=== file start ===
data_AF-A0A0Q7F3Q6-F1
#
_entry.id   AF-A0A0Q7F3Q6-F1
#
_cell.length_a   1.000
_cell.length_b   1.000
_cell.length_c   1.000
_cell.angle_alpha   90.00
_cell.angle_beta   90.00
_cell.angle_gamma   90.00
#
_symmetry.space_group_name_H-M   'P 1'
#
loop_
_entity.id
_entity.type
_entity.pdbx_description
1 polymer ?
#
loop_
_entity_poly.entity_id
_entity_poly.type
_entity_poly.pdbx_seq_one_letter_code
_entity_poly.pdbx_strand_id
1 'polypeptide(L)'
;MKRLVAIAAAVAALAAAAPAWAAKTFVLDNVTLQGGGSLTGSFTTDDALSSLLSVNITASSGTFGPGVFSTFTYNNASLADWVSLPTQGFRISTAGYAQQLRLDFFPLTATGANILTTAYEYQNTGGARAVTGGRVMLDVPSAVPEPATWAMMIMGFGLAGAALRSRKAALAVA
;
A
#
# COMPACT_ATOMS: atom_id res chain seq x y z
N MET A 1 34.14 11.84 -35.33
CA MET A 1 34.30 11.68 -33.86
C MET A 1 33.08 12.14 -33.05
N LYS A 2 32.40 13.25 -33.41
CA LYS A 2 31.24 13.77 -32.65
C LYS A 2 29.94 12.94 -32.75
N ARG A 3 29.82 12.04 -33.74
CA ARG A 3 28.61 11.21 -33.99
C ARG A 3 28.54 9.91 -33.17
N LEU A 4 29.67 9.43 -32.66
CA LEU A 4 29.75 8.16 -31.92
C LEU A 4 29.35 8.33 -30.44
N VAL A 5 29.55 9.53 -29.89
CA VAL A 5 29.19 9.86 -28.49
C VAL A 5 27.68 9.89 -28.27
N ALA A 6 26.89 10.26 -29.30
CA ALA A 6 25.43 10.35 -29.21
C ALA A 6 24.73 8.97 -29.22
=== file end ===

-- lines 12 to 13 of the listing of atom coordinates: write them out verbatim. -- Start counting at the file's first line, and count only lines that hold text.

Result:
_symmetry.space_group_name_H-M   'P 1'
#